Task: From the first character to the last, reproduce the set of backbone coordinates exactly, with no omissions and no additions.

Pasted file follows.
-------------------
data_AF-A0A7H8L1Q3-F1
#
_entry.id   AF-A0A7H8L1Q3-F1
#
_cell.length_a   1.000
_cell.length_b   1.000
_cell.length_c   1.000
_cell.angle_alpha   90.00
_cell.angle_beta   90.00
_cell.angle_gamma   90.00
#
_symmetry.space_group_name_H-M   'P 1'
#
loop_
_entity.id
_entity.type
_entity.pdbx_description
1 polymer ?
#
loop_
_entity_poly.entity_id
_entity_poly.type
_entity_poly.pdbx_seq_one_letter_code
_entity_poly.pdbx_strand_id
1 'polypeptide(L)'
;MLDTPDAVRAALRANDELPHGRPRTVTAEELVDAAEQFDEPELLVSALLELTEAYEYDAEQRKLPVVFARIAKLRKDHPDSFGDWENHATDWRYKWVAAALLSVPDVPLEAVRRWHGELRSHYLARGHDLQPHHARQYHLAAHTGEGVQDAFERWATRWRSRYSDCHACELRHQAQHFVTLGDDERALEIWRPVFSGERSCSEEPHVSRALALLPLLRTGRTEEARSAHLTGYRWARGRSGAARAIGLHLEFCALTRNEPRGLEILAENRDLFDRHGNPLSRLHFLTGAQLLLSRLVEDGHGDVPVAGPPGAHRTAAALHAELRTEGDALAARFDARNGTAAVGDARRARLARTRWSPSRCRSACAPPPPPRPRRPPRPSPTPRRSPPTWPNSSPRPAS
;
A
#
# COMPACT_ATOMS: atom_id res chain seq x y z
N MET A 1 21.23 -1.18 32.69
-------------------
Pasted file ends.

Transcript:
data_AF-A0A7H8L1Q3-F1
#
_entry.id   AF-A0A7H8L1Q3-F1
#
_cell.length_a   1.000
_cell.length_b   1.000
_cell.length_c   1.000
_cell.angle_alpha   90.00
_cell.angle_beta   90.00
_cell.angle_gamma   90.00
#
_symmetry.space_group_name_H-M   'P 1'
#
loop_
_entity.id
_entity.type
_entity.pdbx_description
1 polymer ?
#
loop_
_entity_poly.entity_id
_entity_poly.type
_entity_poly.pdbx_seq_one_letter_code
_entity_poly.pdbx_strand_id
1 'polypeptide(L)'
;MLDTPDAVRAALRANDELPHGRPRTVTAEELVDAAEQFDEPELLVSALLELTEAYEYDAEQRKLPVVFARIAKLRKDHPDSFGDWENHATDWRYKWVAAALLSVPDVPLEAVRRWHGELRSHYLARGHDLQPHHARQYHLAAHTGEGVQDAFERWATRWRSRYSDCHACELRHQAQHFVTLGDDERALEIWRPVFSGERSCSEEPHVSRALALLPLLRTGRTEEARSAHLTGYRWARGRSGAARAIGLHLEFCALTRNEPRGLEILAENRDLFDRHGNPLSRLHFLTGAQLLLSRLVEDGHGDVPVAGPPGAHRTAAALHAELRTEGDALAARFDARNGTAAVGDARRARLARTRWSPSRCRSACAPPPPPRPRRPPRPSPTPRRSPPTWPNSSPRPAS
;
A
#
# COMPACT_ATOMS: atom_id res chain seq x y z
N MET A 1 21.23 -1.18 32.69